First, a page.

Hindus world over are celebrating the reconstruction of the Ram Mandir (temple to Lord Rama), which was destroyed in the 16th century. For those who do not know, Lord Rama is a major deity in the Hindu pantheon, and is worshiped by hundreds of millions of Hindus worldwide. No wonder there has been such enthusiasm at the building of a temple for Lord Rama in Ayodhya, one of the holiest places for Hindus.

Etched in the collective memory of Hindus is centuries of historical trauma, which is rooted in the Islamic conquest of India. During that bloody period, a Mongol/Mughal invader named Babur destroyed the original mandir (temple), which was at a site believed to be the birth place of Lord Rama. Babur then built a masjid/mosque on top of the destroyed temple. That mosque came to be known as the Babri Masjid, and stood as a symbol of both imperial hubris and the humiliation of the subjugated Hindus. Since that very time, Hindus have struggled till date, to reclaim their sacred spaces. So, when after a prolonged legal battle, they got the right to build a temple at the holy site, it resulted in jubilation and a feeling of catharsis, considering the centuries of subjugation and the subsequent struggles.

As the aforementioned history should make clear, the cathartic jubilation of Hindus is not something that came out of the blue but is the product of an old and living history.

So, how do I, a Hindu atheist, view this event? As an atheist, I do not feel the same spiritual or religious fervor as practicing Hindus do. However, I do feel a strong sense of cultural pride. To me, Rama is a major cultural hero and an emblem of my heritage. I respect the devotion many Hindus show towards Rama, even though I do not share in that theological connection.

While I view the destruction of the Babri Masjid as vandalism, I view that vandalism in the spirit of the bringing down of the Berlin wall. A small few may have liked it, but the Germans, who were divided by that wall, despised what it symbolized: foreign domination, oppression, and the division of their people.  The destruction of the Berlin wall was a reaction and a visible rejection of Soviet imperialism and Bolshevist domination. Similarly the destruction of the Babri Masjid freed Indians from the legacy of Babur, a foreigner, who had brutally invaded India.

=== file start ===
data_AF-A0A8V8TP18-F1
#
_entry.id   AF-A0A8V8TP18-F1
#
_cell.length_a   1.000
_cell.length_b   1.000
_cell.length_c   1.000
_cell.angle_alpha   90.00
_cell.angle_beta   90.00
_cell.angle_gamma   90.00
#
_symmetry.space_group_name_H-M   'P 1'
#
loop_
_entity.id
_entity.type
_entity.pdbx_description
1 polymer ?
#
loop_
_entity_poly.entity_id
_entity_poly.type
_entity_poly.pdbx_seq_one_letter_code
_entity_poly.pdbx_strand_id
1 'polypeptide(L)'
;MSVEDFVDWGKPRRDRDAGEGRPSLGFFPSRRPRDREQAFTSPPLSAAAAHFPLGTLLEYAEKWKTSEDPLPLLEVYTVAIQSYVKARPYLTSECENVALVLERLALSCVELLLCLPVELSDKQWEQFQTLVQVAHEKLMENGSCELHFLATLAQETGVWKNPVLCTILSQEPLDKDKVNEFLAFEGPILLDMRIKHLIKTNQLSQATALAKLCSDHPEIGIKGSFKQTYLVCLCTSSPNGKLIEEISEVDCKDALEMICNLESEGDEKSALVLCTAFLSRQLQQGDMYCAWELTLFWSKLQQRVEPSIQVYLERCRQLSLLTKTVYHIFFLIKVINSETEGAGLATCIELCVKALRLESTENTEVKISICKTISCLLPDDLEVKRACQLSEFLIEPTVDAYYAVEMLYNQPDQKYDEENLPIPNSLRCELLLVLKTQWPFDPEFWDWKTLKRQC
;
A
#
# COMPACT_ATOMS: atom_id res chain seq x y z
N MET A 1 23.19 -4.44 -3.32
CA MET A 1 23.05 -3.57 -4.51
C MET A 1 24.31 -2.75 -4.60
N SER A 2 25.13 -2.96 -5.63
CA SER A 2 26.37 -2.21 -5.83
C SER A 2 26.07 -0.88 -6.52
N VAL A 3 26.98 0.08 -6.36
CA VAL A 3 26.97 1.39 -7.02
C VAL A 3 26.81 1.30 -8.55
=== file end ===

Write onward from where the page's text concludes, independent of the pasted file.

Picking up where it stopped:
The new temple signifies a resurgence and a growing confidence in Hindus. It symbolizes that Hindus are no longer a conquered people. My theistic Hindu brothers and sisters can now freely worship Lord Rama in his own city. Atheist Hindus like myself can celebrate our cultural restoration and the recreation of the temple as a symbol of freedom.

But, what about Muslims? Well, they too are now liberated from Babur’s legacy. Additionally, the legal process awarded them five acres of space to build a new mosque. Perhaps the restoration of Lord Rama’s temple and the  new mosque shall pave the way towards better relations among Hindus and Muslims, communities who share a long history.

Lastly, I do want to address one thing that might loom in the mind of non-Hindus, especially cosmopolitan secularized westerners, who may not have adequate historical context. Hindus are an ancient people with old traditions that we take great pride in. Just as the Israelites struggle to rebuild their long destroyed temple, and Native Americans to retake their sacred spaces, we too have struggled, and continue to do so.

The privileged elite, who write for the New York Times, BBC, DW, and so on, may sneer at us for taking up such a “mythological” and “reactionary” cause. But for Hindus, the struggle has been about liberation and freedom, which all Hindus—from theists to atheists and everyone in between—take pride in. We have endeavored for a long time and now bear the fruits of our blood, sweat, and tears.

The Ram Mandir isn’t just an “imagined identity” or a myth, it’s a living breathing symbol of an ancient people deeply rooted in our heritage. This is something people with cultures deep in meaning and symbolism can easily understand. They might be Zoroastrians or Yazidis, Israelites or Lakotas, but they know. Just as the Native Americans struggle to retake their sacred space, we too have struggled.Those who are privileged enough to be given space in today’s all powerful publications, who one day pretend to care for the Native American plight and move on to the next fashion the next day will not care to give us a fair hearing. So be it!

I am very proud of what my people have achieved and what the Ram Mandir symbolizes. I, a Hindu atheist, stand with all those people who have been historically wronged, and hope they too get the justice they deserve, so they can feel what I feel today. JAI SHREE RAM!

Born and brought up in the US, Jay volunteers regularly with COHNA, while also  studying in University.